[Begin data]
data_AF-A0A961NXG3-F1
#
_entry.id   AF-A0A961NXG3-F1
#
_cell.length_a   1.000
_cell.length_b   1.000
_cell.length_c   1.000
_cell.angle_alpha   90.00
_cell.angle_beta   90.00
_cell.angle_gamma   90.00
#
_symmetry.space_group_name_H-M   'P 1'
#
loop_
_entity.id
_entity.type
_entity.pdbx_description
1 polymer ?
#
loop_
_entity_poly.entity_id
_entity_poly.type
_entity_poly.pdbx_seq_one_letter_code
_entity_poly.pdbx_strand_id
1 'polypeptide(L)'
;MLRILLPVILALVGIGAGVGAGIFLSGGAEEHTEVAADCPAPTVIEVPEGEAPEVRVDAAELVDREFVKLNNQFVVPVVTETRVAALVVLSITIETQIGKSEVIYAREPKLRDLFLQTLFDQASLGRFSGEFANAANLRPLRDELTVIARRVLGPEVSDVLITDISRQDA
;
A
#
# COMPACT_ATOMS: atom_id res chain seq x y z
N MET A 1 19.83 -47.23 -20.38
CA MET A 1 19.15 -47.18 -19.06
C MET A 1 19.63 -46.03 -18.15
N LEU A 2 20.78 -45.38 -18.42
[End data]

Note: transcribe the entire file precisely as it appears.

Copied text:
data_AF-A0A961NXG3-F1
#
_entry.id   AF-A0A961NXG3-F1
#
_cell.length_a   1.000
_cell.length_b   1.000
_cell.length_c   1.000
_cell.angle_alpha   90.00
_cell.angle_beta   90.00
_cell.angle_gamma   90.00
#
_symmetry.space_group_name_H-M   'P 1'
#
loop_
_entity.id
_entity.type
_entity.pdbx_description
1 polymer ?
#
loop_
_entity_poly.entity_id
_entity_poly.type
_entity_poly.pdbx_seq_one_letter_code
_entity_poly.pdbx_strand_id
1 'polypeptide(L)'
;MLRILLPVILALVGIGAGVGAGIFLSGGAEEHTEVAADCPAPTVIEVPEGEAPEVRVDAAELVDREFVKLNNQFVVPVVTETRVAALVVLSITIETQIGKSEVIYAREPKLRDLFLQTLFDQASLGRFSGEFANAANLRPLRDELTVIARRVLGPEVSDVLITDISRQDA
;
A
#
# COMPACT_ATOMS: atom_id res chain seq x y z
N MET A 1 19.83 -47.23 -20.38
CA MET A 1 19.15 -47.18 -19.06
C MET A 1 19.63 -46.03 -18.15
N LEU A 2 20.78 -45.38 -18.42